The fourth approach is completely theoretical, wherein one may employ theories of soil mechanics and mathematical techniques to determine the volume of soil affected by the foundation load. Once the volume is determined, and the shape of the soil comprising this volume is determined, an average depth may be computed. This average depth could then be used for the depth of soil affected.

Although one of the above methods, or a combination of more than one, may well prove the most practical and/or most accurate in determining the depth of soil affected, the importance of determining the exact, or very close approximation to the exact, depth of soil affected is decreased by the application of distorted model theory to the test results.

A pressure, equal to this simulated gravitational pressure plus a surcharge pressure which is equal to the distance from top of the test bore hole to center of the model footing times the unit weight of the soil, is maintained on the wall of the test bore hole while the soil deforming'footing loads are applied.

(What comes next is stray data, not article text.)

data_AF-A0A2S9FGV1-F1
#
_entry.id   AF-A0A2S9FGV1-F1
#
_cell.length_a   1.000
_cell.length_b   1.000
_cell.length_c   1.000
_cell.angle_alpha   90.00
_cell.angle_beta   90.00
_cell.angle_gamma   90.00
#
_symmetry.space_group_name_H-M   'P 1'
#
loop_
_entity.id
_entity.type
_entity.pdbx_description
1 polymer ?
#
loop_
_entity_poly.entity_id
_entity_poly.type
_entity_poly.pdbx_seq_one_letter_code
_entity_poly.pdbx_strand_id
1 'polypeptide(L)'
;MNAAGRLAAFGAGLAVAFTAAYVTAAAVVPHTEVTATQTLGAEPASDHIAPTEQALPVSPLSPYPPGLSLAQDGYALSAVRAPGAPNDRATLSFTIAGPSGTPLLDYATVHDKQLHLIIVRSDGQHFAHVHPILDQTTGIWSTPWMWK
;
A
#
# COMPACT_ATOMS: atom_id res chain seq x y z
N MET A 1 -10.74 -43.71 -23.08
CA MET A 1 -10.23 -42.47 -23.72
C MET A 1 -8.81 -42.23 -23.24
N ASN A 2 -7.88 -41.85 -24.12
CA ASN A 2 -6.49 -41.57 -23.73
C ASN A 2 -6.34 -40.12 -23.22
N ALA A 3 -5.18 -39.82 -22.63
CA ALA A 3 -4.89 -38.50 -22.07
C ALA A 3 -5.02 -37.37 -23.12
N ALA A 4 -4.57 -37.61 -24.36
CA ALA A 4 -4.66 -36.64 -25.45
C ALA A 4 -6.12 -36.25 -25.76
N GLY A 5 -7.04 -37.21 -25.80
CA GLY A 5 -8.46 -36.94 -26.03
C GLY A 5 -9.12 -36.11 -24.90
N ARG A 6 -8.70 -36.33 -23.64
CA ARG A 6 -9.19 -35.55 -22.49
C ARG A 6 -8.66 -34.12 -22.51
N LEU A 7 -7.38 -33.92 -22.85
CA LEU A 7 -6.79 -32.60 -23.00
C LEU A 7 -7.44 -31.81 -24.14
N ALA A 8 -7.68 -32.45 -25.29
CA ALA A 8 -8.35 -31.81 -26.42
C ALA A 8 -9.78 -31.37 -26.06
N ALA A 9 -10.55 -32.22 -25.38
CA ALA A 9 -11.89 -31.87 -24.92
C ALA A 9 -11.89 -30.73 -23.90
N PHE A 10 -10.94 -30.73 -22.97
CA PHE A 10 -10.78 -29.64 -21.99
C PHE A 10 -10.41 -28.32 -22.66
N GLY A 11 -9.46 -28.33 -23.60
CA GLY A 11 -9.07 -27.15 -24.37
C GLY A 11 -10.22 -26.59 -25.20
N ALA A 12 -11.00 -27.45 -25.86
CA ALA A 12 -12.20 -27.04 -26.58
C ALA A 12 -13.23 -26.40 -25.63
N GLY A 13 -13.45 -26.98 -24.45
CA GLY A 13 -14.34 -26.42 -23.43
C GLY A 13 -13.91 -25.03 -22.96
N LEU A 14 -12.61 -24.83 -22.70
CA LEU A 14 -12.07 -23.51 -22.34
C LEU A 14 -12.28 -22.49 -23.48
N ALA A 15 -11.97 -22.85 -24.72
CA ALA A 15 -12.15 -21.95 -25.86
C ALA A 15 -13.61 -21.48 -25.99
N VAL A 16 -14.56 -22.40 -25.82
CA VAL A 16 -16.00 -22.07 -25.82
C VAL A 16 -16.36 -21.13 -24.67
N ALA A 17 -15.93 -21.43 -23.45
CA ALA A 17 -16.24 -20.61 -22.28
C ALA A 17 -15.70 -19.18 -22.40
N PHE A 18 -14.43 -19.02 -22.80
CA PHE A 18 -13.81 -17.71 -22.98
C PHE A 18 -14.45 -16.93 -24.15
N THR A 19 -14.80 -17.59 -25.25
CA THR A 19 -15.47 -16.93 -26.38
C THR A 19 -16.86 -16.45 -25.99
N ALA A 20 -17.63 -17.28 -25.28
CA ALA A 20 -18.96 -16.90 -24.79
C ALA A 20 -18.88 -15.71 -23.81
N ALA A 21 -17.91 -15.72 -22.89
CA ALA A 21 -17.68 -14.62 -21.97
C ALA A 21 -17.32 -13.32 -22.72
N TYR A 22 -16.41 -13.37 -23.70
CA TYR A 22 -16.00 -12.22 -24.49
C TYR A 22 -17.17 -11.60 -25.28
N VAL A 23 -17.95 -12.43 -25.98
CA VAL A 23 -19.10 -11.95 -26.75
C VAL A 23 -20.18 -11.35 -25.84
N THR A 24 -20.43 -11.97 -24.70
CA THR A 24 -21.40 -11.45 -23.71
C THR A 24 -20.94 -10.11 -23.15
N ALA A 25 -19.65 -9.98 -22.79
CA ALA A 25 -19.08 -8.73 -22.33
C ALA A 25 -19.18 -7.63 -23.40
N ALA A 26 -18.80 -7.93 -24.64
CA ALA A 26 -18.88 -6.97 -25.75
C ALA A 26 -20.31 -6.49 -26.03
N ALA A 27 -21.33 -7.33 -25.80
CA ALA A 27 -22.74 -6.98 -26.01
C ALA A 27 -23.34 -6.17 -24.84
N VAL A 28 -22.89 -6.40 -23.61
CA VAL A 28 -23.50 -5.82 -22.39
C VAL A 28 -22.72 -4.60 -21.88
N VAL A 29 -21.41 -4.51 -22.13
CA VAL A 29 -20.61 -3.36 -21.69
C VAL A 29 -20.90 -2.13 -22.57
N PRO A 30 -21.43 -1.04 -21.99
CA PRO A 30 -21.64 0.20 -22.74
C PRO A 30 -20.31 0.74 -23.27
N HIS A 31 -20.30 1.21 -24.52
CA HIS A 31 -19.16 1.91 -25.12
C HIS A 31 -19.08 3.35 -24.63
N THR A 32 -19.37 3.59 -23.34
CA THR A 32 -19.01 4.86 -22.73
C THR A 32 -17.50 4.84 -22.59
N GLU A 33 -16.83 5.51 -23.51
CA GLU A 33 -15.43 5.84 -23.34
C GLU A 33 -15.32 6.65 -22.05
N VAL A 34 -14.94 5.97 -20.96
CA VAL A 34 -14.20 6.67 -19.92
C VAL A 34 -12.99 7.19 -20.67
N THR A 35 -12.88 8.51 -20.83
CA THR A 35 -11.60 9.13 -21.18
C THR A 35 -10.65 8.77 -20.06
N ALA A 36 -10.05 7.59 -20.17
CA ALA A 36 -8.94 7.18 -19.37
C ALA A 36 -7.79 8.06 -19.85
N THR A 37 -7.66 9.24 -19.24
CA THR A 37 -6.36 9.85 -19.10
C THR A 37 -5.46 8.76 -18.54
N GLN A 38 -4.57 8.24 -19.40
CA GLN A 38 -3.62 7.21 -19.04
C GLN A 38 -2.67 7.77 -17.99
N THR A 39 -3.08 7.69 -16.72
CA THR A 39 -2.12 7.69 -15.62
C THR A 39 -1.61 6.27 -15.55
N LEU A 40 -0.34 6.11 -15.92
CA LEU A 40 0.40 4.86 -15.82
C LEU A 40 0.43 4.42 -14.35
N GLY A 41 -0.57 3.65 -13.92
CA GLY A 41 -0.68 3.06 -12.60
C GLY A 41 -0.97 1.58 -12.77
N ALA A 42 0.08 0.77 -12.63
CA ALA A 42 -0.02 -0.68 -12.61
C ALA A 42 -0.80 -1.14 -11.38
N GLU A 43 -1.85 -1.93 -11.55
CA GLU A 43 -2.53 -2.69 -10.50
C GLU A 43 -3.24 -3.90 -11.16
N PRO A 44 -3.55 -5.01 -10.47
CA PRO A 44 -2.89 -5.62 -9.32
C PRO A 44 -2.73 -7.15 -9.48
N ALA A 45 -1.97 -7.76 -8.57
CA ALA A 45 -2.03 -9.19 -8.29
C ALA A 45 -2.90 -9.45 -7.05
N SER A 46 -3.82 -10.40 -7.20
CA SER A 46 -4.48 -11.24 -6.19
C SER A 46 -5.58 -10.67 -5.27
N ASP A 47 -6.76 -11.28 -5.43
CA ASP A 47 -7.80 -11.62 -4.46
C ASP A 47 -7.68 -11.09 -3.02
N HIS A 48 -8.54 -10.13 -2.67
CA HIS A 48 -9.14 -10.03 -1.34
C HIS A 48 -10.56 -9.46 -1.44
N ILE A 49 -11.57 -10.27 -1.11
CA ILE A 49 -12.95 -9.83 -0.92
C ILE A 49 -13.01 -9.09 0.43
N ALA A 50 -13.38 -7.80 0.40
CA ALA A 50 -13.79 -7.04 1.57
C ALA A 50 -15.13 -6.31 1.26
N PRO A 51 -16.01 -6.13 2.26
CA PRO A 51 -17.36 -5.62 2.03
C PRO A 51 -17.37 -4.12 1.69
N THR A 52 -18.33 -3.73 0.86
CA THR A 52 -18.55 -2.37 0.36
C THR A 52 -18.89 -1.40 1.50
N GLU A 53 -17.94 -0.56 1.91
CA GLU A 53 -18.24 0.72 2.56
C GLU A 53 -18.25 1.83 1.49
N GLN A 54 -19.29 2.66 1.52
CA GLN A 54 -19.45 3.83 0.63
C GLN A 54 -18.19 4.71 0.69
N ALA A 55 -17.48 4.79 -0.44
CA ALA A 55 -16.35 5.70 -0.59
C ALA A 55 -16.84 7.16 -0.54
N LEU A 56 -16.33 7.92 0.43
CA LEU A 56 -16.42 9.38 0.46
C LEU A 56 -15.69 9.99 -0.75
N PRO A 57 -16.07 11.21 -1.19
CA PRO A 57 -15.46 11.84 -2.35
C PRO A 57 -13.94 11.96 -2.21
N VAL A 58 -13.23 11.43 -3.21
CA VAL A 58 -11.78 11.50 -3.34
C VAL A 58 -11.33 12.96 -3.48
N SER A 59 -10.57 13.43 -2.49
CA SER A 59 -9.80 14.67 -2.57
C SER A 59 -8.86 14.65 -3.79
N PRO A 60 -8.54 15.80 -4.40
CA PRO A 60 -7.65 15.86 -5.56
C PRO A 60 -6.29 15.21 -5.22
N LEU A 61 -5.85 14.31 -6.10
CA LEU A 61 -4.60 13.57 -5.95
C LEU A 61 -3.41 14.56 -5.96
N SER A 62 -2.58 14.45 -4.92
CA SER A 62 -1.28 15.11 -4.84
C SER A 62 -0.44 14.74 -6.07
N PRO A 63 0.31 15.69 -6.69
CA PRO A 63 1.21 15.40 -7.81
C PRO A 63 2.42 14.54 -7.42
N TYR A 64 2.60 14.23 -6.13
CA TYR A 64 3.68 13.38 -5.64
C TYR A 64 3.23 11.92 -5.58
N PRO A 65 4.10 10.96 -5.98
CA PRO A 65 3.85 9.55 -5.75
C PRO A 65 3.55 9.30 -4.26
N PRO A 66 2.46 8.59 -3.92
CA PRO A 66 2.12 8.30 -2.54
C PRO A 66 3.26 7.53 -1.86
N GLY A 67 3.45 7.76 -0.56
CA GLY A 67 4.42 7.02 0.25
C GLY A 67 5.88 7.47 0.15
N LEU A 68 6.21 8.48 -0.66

Referring now more specifically to the drawings wherein like numerals refer to like parts throughout the several views, our model load testing device is shown schematically in FIGURE 1.

As best shown in FIGURES 3-4, the device has a head portion 11 comprising a generally cylindrical frame having top and bottom discs, 12 and 13, connected by rigid angle-iron corner struts 14. An expandable cylindrical membrane 15 is mounted in air-tight relation on the two end discs 12 and 13 by attaching bands 16 which are received in grooves 17 and 18 in the end discs. The expandable membrane is preferably made of rubber.